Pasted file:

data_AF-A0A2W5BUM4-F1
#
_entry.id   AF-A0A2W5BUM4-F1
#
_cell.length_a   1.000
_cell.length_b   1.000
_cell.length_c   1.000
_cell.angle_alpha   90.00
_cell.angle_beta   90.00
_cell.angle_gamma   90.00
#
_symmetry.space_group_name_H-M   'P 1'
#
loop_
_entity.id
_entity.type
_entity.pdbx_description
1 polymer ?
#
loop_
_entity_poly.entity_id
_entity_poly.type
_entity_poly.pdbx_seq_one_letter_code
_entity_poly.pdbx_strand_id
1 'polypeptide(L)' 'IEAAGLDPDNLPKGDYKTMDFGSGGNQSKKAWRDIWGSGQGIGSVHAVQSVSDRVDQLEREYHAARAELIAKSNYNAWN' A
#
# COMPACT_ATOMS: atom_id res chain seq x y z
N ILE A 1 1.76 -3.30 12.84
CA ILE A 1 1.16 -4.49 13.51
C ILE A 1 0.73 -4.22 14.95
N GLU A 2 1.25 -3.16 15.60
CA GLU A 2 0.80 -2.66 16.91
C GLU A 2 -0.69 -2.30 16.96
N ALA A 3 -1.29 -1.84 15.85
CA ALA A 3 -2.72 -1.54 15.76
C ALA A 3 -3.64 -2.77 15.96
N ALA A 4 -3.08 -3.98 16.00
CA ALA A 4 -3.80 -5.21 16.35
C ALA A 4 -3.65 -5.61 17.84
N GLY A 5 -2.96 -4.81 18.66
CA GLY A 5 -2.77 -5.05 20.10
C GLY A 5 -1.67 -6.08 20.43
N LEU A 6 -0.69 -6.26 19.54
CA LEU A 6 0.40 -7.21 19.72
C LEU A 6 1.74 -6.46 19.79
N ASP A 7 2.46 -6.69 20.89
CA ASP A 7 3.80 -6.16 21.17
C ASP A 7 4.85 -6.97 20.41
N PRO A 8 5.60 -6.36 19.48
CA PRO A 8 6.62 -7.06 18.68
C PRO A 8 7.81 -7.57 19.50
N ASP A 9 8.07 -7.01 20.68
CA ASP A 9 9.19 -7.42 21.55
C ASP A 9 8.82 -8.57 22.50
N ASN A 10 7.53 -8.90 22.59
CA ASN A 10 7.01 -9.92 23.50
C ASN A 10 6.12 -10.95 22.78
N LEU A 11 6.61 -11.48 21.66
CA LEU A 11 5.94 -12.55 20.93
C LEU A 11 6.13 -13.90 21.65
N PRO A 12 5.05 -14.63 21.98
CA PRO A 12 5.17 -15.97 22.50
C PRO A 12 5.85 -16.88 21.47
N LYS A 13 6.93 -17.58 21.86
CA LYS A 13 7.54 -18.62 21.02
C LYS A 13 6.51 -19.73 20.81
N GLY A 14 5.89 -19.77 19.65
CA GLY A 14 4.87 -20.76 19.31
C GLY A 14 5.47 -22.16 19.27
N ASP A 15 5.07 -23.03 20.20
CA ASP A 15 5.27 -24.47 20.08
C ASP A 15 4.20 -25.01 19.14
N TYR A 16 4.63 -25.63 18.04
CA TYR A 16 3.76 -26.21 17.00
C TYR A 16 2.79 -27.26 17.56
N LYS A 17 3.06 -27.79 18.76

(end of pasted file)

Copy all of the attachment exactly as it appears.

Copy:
data_AF-A0A2W5BUM4-F1
#
_entry.id   AF-A0A2W5BUM4-F1
#
_cell.length_a   1.000
_cell.length_b   1.000
_cell.length_c   1.000
_cell.angle_alpha   90.00
_cell.angle_beta   90.00
_cell.angle_gamma   90.00
#
_symmetry.space_group_name_H-M   'P 1'
#
loop_
_entity.id
_entity.type
_entity.pdbx_description
1 polymer ?
#
loop_
_entity_poly.entity_id
_entity_poly.type
_entity_poly.pdbx_seq_one_letter_code
_entity_poly.pdbx_strand_id
1 'polypeptide(L)' 'IEAAGLDPDNLPKGDYKTMDFGSGGNQSKKAWRDIWGSGQGIGSVHAVQSVSDRVDQLEREYHAARAELIAKSNYNAWN' A
#
# COMPACT_ATOMS: atom_id res chain seq x y z
N ILE A 1 1.76 -3.30 12.84
CA ILE A 1 1.16 -4.49 13.51
C ILE A 1 0.73 -4.22 14.95
N GLU A 2 1.25 -3.16 15.60
CA GLU A 2 0.80 -2.66 16.91
C GLU A 2 -0.69 -2.30 16.96
N ALA A 3 -1.29 -1.84 15.85
CA ALA A 3 -2.72 -1.54 15.76
C ALA A 3 -3.64 -2.77 15.96
N ALA A 4 -3.08 -3.98 16.00
CA ALA A 4 -3.80 -5.21 16.35
C ALA A 4 -3.65 -5.61 17.84
N GLY A 5 -2.96 -4.81 18.66
CA GLY A 5 -2.77 -5.05 20.10
C GLY A 5 -1.67 -6.08 20.43
N LEU A 6 -0.69 -6.26 19.54
CA LEU A 6 0.40 -7.21 19.72
C LEU A 6 1.74 -6.46 19.79
N ASP A 7 2.46 -6.69 20.89
CA ASP A 7 3.80 -6.16 21.17
C ASP A 7 4.85 -6.97 20.41
N PRO A 8 5.60 -6.36 19.48
CA PRO A 8 6.62 -7.06 18.68
C PRO A 8 7.81 -7.57 19.50
N ASP A 9 8.07 -7.01 20.68
CA ASP A 9 9.19 -7.42 21.55
C ASP A 9 8.82 -8.57 22.50
N ASN A 10 7.53 -8.90 22.59
CA ASN A 10 7.01 -9.92 23.50
C ASN A 10 6.12 -10.95 22.78
N LEU A 11 6.61 -11.48 21.66
CA LEU A 11 5.94 -12.55 20.93
C LEU A 11 6.13 -13.90 21.65
N PRO A 12 5.05 -14.63 21.98
CA PRO A 12 5.17 -15.97 22.50
C PRO A 12 5.85 -16.88 21.47
N LYS A 13 6.93 -17.58 21.86
CA LYS A 13 7.54 -18.62 21.02
C LYS A 13 6.51 -19.73 20.81
N GLY A 14 5.89 -19.77 19.65
CA GLY A 14 4.87 -20.76 19.31
C GLY A 14 5.47 -22.16 19.27
N ASP A 15 5.07 -23.03 20.20
CA ASP A 15 5.27 -24.47 20.08
C ASP A 15 4.20 -25.01 19.14
N TYR A 16 4.63 -25.63 18.04
CA TYR A 16 3.76 -26.21 17.00
C TYR A 16 2.79 -27.26 17.56
N LYS A 17 3.06 -27.79 18.76